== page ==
Examples of suitable acetylenically unsaturated organic compounds of 6 to 16 carbon atoms which act as π-acceptors and ligands in the palladium(O) complexes alongside the above phosphite ligands are the acetylenically unsaturated hydrocarbons and compounds in which the acidic groups have been replaced for example by COO-alkyl or CO-alkyl groups, in particular 1,4-butynediol and 1,4-butynediol dialkyl ethers, e.g. 1,4-butynediol dimethyl ether.
The preferred palladium(O) complexes are those which contain maleic anhydride and triphenyl phosphite, or dimethyl maleate and triphenyl phosphite, as ligands, and especially the palladium(O) dibenzalacetone complexes, which have proved particularly suitable.
The palladium(O) complexes with unsaturated ketones A may be manufactured in the manner described in Example 1. The mixed palladium(O) phosphite complexes which contain olefinically or acetylenically unsaturated compounds are preferably manufactured by adding the phosphite to the palladium(O) dibenzalacetone complex and then adding the olefinically or acetylenically unsaturated compound, e.g. maleic anhydride or 1,4-butynediol dimethyl ether, or by adding the olefinically or acetylenically unsaturated compound to the palladium(O) dibenzalacetone complex and then adding the phosphite.
We have found, surprisingly, that the stability of the solutions of the said palladium(O) complexes may be increased by using benzene and, in particular, alkylated benzenes, e.g. toluene, as the solvent. The concentrations of the complexes in the solutions are from about 15 mg/l to the saturation concentration at room temperature, and preferably from about 50 mg/l to about 2 g/l, depending on the nature of the complex and of the solvent. Although halohydrocarbons and e.g. acetonitrile, tetrahydrofuran or dimethylformamide are less suitable solvents because they may slightly decompose the metal complexes, this decomposing effect may be used to activate the substrate. We have found it possible, after dipping a substrate into a solution of palladium dibenzalacetone complex in toluene at room temperature and then dipping the treated substrate into a chlorinated hydrocarbon, e.g. dichloroethylene, trichloroethylene or tetrachloroethylene, at room temperature, to electrolessly plate the substrate, for example, in a cobalt salt bath. The complexes which are preferentially used are only slightly soluble in solvents, e.g. ethanol, metanol or cyclohexane.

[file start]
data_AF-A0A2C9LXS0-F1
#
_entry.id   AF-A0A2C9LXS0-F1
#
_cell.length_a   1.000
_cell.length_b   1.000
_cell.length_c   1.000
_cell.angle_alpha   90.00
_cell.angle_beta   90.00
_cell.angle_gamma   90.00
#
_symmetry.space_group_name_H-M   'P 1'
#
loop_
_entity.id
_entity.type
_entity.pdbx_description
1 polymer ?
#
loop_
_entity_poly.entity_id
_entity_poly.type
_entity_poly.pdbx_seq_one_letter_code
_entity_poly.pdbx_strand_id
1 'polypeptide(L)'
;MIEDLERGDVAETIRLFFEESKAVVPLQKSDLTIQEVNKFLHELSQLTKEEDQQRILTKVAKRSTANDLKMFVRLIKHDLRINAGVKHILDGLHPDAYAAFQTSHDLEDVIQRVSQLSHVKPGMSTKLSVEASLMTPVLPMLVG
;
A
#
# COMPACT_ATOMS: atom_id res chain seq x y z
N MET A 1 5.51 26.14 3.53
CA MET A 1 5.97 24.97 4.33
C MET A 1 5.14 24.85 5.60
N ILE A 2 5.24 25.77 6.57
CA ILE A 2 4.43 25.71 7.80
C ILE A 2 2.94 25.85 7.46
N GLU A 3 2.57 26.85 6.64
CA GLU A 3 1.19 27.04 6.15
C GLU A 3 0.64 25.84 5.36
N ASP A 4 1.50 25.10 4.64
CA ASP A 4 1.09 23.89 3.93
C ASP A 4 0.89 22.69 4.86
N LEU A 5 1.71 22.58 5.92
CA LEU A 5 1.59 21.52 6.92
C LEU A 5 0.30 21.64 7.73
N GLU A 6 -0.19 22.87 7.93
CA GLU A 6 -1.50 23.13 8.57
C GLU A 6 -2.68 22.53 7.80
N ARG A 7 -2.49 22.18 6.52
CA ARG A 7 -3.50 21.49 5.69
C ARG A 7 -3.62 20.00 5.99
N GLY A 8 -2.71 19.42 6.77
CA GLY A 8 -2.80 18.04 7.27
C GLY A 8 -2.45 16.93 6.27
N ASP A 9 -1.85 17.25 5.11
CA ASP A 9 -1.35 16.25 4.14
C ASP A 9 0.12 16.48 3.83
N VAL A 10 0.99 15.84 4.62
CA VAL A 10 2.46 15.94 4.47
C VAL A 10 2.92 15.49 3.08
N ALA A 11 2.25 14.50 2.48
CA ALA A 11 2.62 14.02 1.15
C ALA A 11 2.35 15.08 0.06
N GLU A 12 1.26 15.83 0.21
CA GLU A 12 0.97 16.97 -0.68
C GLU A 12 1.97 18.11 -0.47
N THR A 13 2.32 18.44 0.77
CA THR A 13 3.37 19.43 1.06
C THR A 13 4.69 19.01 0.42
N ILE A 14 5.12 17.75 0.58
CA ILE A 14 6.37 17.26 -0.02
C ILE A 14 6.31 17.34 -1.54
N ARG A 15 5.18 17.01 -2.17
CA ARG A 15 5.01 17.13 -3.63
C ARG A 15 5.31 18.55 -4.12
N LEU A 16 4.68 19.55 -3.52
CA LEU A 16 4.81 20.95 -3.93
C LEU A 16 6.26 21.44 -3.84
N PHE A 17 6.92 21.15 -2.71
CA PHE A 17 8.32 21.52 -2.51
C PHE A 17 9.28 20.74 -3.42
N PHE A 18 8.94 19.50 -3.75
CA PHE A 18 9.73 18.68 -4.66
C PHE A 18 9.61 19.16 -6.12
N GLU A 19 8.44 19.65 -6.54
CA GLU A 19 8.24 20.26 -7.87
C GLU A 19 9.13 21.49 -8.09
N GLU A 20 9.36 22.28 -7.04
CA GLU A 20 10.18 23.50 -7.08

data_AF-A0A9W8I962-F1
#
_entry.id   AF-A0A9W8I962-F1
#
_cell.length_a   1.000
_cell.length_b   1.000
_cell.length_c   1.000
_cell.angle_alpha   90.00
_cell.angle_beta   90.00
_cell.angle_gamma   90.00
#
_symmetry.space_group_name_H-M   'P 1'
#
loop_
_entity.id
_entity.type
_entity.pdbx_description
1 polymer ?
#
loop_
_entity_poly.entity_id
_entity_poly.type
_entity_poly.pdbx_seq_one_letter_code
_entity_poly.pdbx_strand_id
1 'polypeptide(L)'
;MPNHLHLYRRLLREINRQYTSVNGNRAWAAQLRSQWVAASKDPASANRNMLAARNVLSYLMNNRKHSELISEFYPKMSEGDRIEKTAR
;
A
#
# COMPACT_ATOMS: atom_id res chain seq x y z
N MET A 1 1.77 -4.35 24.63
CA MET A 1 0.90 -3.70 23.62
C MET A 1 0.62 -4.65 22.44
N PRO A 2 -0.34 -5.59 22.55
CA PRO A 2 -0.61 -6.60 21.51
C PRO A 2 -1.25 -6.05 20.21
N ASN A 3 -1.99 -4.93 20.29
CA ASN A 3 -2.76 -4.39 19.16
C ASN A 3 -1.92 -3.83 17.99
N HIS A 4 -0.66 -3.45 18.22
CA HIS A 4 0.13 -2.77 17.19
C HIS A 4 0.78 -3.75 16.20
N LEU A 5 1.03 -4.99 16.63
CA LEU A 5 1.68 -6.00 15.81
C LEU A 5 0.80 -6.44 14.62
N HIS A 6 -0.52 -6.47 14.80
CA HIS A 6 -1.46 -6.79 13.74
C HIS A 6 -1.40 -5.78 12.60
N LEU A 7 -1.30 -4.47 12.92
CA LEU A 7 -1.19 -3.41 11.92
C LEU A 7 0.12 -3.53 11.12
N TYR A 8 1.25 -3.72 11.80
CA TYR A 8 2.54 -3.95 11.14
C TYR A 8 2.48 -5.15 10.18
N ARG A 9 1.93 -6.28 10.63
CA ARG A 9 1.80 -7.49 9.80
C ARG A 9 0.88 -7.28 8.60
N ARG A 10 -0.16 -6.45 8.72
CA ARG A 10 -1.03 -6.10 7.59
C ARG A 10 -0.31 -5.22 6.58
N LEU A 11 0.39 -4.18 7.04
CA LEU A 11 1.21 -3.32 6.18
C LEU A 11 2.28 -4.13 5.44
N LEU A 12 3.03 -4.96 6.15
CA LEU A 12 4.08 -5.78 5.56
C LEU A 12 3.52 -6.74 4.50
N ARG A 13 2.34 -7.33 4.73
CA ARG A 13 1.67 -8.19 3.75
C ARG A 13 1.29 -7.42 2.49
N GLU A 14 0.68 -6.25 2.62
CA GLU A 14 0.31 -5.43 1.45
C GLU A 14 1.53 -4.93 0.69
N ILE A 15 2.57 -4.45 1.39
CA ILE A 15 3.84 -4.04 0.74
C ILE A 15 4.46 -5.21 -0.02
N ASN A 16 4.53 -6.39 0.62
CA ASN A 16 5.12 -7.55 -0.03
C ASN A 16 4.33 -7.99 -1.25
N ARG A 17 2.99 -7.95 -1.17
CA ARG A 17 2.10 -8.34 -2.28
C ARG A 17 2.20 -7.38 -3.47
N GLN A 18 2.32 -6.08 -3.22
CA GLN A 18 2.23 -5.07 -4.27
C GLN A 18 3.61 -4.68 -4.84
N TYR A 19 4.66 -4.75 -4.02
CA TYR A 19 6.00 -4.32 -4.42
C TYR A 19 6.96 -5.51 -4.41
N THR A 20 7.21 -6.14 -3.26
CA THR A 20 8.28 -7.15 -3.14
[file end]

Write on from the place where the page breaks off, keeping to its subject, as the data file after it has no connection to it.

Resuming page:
Further, we have found that the stability of the palladium(O) complex solution used for activation may be further increased by admixture of further potential complex-forming agents, e.g. bis-(1-pyrazolyl)-2-methane and, especially, azobenzene.
A wide variety of substrates, e.g. metal substrates, oxidized metal substrates and substrates made of plastics materials including crosslinked plastics, are amenable to the activation according to the invention. We have found, as shown by electron microphotographs, that in the process of the invention swelling of the surface of the substrate is not necessary for activation since the nucleation centers are formed directly on the substrate surfaces, e.g. as palladium nuclei of from about 50 to 100 A in size, or as substantially coherent palladium films. This is particularly clear in the preferred method of activation, where the substrates, heated to from about 100° to 300° C, and especially from 130° to 250° C, are dipped into the palladium(O) complex solutions. It is surprising that, e.g., the palladium(O)-dibenzalacetone complex solutions are not only distinguished by good stability in air but, though they are themselves heat-labile, remain stable, in the form of solutions in toluene, even after being used practically daily for 2 months, and showed no appreciable decomposition of the complex, though the substrates were always at from about 200° to 250° C when dipped into the solutions at room temperature. The system ##STR2## in toluene proved almost equally stable. Preferably, the heated substrate is dipped into the palladium(O) complex solutions (which are kept at room temperature) under an inert gas, e.g. under nitrogen, carbon dioxide or rare gases. Though a single dip of the hot substrate into the palladium(O) complex solutions is in most cases sufficient, such dipping can of course also be carried out several times, e.g. from 2 to 4 times. The number of dips (activations) is above all determined by the temperature employed, the heat storage capacity of the substrate, the nature and concentration of the complex and the nature of the additives in the solution. Preferably, the substrates are briefly grounded because of the risk of their becoming electrostatically charged.